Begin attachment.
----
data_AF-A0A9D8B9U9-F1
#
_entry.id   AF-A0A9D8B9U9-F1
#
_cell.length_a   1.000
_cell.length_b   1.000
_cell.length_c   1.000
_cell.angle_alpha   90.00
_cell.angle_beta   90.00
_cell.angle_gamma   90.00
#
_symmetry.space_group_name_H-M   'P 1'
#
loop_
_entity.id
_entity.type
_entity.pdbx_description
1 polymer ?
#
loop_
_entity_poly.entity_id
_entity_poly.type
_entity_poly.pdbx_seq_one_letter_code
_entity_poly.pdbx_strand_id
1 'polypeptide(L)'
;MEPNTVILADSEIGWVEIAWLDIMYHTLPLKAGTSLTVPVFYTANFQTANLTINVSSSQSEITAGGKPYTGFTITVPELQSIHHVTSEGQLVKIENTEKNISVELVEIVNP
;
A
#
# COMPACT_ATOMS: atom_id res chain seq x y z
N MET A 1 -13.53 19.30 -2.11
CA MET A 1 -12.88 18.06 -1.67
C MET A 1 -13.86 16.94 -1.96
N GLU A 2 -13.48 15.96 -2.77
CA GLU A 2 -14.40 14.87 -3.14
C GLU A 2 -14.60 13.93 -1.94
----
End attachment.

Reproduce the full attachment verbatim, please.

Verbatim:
data_AF-A0A9D8B9U9-F1
#
_entry.id   AF-A0A9D8B9U9-F1
#
_cell.length_a   1.000
_cell.length_b   1.000
_cell.length_c   1.000
_cell.angle_alpha   90.00
_cell.angle_beta   90.00
_cell.angle_gamma   90.00
#
_symmetry.space_group_name_H-M   'P 1'
#
loop_
_entity.id
_entity.type
_entity.pdbx_description
1 polymer ?
#
loop_
_entity_poly.entity_id
_entity_poly.type
_entity_poly.pdbx_seq_one_letter_code
_entity_poly.pdbx_strand_id
1 'polypeptide(L)'
;MEPNTVILADSEIGWVEIAWLDIMYHTLPLKAGTSLTVPVFYTANFQTANLTINVSSSQSEITAGGKPYTGFTITVPELQSIHHVTSEGQLVKIENTEKNISVELVEIVNP
;
A
#
# COMPACT_ATOMS: atom_id res chain seq x y z
N MET A 1 -13.53 19.30 -2.11
CA MET A 1 -12.88 18.06 -1.67
C MET A 1 -13.86 16.94 -1.96
N GLU A 2 -13.48 15.96 -2.77
CA GLU A 2 -14.40 14.87 -3.14
C GLU A 2 -14.60 13.93 -1.94